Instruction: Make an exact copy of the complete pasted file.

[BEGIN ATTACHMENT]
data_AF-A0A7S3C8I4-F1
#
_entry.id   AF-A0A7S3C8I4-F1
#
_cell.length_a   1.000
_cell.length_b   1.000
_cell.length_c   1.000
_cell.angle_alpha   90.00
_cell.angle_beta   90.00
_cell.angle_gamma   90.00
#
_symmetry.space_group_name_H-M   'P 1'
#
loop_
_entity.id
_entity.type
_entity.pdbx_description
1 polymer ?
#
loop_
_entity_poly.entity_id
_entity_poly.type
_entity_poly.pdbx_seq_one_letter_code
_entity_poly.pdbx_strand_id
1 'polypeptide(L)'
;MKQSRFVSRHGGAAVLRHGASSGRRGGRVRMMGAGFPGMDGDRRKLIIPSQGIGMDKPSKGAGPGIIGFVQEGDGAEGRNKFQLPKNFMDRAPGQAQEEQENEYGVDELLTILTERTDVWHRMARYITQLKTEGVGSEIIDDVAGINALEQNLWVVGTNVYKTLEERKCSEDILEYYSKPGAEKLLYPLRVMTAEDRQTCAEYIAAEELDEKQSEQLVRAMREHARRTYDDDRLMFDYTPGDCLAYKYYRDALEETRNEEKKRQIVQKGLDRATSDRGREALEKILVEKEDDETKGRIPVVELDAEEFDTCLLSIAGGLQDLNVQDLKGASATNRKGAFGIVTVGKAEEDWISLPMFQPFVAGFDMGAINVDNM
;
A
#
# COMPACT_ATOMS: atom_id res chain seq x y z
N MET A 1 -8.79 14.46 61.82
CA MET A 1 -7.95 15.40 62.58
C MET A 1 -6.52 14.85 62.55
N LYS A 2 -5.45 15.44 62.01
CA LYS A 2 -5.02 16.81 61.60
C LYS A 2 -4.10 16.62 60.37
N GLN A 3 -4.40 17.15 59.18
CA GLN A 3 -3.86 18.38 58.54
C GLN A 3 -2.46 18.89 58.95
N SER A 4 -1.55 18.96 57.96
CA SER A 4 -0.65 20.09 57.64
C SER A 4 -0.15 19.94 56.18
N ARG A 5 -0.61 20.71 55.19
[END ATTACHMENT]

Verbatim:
data_AF-A0A7S3C8I4-F1
#
_entry.id   AF-A0A7S3C8I4-F1
#
_cell.length_a   1.000
_cell.length_b   1.000
_cell.length_c   1.000
_cell.angle_alpha   90.00
_cell.angle_beta   90.00
_cell.angle_gamma   90.00
#
_symmetry.space_group_name_H-M   'P 1'
#
loop_
_entity.id
_entity.type
_entity.pdbx_description
1 polymer ?
#
loop_
_entity_poly.entity_id
_entity_poly.type
_entity_poly.pdbx_seq_one_letter_code
_entity_poly.pdbx_strand_id
1 'polypeptide(L)'
;MKQSRFVSRHGGAAVLRHGASSGRRGGRVRMMGAGFPGMDGDRRKLIIPSQGIGMDKPSKGAGPGIIGFVQEGDGAEGRNKFQLPKNFMDRAPGQAQEEQENEYGVDELLTILTERTDVWHRMARYITQLKTEGVGSEIIDDVAGINALEQNLWVVGTNVYKTLEERKCSEDILEYYSKPGAEKLLYPLRVMTAEDRQTCAEYIAAEELDEKQSEQLVRAMREHARRTYDDDRLMFDYTPGDCLAYKYYRDALEETRNEEKKRQIVQKGLDRATSDRGREALEKILVEKEDDETKGRIPVVELDAEEFDTCLLSIAGGLQDLNVQDLKGASATNRKGAFGIVTVGKAEEDWISLPMFQPFVAGFDMGAINVDNM
;
A
#
# COMPACT_ATOMS: atom_id res chain seq x y z
N MET A 1 -8.79 14.46 61.82
CA MET A 1 -7.95 15.40 62.58
C MET A 1 -6.52 14.85 62.55
N LYS A 2 -5.45 15.44 62.01
CA LYS A 2 -5.02 16.81 61.60
C LYS A 2 -4.10 16.62 60.37
N GLN A 3 -4.40 17.15 59.18
CA GLN A 3 -3.86 18.38 58.54
C GLN A 3 -2.46 18.89 58.95
N SER A 4 -1.55 18.96 57.96
CA SER A 4 -0.65 20.09 57.64
C SER A 4 -0.15 19.94 56.18
N ARG A 5 -0.61 20.71 55.19